This statement from student Maria English caught my attention when she was interviewed a few weeks ago on TV3 ( see full interview ). In conjunction with some other current conversations in education, I have been wondering about what it means to be literate in 2010 in the context of teaching and learning?
• What are our beliefs about the impact of emerging communication technologies?
• Do our actions acknowledge changing perceptions of literacy? How are these reflected in our practice?
• What are we doing that demonstrates pedagogy in a participatory culture?
• If we want our students to be able to read, write and do maths in order to access the New Zealand Curriculum, how are we acknowledging the value of the a fore mentioned? (NZC, p.36, 2007)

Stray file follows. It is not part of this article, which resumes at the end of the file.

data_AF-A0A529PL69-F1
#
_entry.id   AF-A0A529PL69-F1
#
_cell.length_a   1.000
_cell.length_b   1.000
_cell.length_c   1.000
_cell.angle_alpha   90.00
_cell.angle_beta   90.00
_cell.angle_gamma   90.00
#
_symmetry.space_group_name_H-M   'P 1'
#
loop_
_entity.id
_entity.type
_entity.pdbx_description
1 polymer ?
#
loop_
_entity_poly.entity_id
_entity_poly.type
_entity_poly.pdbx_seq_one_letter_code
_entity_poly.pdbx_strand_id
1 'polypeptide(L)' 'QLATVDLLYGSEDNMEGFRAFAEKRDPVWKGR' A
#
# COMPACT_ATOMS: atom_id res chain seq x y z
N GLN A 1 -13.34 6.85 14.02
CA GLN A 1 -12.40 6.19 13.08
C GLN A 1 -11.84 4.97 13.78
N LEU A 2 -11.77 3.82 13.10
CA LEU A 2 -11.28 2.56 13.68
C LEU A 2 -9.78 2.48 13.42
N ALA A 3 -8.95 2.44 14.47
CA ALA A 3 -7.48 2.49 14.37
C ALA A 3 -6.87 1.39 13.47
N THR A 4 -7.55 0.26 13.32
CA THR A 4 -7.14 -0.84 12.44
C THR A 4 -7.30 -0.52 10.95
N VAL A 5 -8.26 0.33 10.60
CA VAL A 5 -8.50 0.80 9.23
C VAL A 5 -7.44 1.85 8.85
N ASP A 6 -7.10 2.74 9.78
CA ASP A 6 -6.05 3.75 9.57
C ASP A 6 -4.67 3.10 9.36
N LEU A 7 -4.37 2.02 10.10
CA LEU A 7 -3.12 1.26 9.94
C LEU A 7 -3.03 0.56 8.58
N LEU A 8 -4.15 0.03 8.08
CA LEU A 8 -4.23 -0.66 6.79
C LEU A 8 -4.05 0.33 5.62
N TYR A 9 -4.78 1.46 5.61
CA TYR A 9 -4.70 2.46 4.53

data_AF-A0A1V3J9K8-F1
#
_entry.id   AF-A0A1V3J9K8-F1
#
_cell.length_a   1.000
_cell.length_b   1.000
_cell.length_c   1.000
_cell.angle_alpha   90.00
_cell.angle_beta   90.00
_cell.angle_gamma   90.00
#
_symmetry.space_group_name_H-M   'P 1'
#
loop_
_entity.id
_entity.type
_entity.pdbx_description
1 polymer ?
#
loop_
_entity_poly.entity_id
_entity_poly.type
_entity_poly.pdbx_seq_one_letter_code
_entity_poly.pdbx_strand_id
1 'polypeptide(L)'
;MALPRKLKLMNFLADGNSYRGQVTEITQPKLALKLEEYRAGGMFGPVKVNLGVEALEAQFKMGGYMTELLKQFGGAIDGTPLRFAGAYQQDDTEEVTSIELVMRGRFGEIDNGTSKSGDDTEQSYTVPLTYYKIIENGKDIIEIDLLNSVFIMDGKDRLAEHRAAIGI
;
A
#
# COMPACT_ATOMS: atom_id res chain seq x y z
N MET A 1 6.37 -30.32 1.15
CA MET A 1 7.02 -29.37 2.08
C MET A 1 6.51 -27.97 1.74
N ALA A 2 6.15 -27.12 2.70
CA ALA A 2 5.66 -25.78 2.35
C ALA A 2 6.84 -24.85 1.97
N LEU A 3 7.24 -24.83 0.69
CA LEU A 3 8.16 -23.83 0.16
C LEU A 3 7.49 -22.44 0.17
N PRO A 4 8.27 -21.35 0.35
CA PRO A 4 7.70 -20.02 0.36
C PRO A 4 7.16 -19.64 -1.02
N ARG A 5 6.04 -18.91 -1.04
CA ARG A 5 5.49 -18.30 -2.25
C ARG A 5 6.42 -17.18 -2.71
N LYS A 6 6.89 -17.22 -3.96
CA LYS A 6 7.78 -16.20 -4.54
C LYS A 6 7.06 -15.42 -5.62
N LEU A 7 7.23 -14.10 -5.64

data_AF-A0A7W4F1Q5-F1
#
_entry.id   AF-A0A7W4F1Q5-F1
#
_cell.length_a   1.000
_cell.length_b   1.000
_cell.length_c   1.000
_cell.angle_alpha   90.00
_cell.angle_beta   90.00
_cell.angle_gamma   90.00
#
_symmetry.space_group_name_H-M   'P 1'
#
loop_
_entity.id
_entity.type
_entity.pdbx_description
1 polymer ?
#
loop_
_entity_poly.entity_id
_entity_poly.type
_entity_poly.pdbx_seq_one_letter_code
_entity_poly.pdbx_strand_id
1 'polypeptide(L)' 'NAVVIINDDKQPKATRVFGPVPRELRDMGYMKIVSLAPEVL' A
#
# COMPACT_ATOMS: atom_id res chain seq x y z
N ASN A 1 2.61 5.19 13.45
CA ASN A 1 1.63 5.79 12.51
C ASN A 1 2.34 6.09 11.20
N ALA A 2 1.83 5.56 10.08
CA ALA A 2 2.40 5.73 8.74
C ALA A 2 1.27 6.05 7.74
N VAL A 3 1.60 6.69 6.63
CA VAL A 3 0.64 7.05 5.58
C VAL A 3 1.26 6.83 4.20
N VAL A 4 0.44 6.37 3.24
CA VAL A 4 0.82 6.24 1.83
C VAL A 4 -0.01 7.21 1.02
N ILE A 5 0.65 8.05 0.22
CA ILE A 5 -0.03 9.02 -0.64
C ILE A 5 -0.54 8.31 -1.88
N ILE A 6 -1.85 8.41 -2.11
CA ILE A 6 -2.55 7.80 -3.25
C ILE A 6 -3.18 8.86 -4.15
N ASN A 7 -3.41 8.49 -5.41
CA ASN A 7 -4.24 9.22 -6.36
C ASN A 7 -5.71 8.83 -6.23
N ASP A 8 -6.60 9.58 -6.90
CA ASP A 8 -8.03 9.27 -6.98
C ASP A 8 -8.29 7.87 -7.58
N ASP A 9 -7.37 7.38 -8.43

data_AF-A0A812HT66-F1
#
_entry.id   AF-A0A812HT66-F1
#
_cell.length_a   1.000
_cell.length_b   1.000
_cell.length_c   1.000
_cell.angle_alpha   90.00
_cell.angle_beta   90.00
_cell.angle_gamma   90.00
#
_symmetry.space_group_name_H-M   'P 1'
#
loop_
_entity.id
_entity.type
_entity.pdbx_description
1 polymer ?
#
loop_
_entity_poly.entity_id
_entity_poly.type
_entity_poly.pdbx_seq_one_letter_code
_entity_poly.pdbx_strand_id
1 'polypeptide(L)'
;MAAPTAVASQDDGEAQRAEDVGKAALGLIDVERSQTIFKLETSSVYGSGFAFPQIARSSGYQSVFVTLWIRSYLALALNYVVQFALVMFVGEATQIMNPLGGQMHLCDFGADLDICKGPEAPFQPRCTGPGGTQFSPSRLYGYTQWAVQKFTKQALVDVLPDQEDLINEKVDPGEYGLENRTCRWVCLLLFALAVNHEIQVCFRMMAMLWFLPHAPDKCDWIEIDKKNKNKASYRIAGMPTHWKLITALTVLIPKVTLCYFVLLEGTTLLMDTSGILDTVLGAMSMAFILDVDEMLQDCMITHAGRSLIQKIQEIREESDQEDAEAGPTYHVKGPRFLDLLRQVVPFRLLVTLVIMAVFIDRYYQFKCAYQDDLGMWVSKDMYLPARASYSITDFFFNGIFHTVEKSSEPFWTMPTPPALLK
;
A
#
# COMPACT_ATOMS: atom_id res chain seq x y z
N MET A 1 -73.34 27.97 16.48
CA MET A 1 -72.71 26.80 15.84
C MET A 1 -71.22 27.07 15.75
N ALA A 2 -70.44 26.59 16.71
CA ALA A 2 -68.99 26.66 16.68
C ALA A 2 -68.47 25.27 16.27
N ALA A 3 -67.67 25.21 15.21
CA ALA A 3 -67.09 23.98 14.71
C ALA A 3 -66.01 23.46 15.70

What would be our expectations of a literate student (at any level) if, as teachers, we recognise and acknowledge the impact of information and communication technologies? How might this influence the way you teach?
"What is important (and therefore worth spending time on), given where my students are at?" ( NZC, 2007).
Do we need to be asking the question, what does it mean to be multiliterate in 2010?
Just saw this video on a post from Rachel Boyd , "State of the Internet", difficult to ignore the implications!
Also see a related post on this blog by Rochelle Jensen Breathing E-Learning Into The Draft Literacy Progressions.
"Just as reading was made necessary by the printing press and arithmetic by the introduction of money so computer technologies are changing the very ways we think and make sense of the world" (Rethinking Education in the Age of Technology, Collins and Richard, 2009).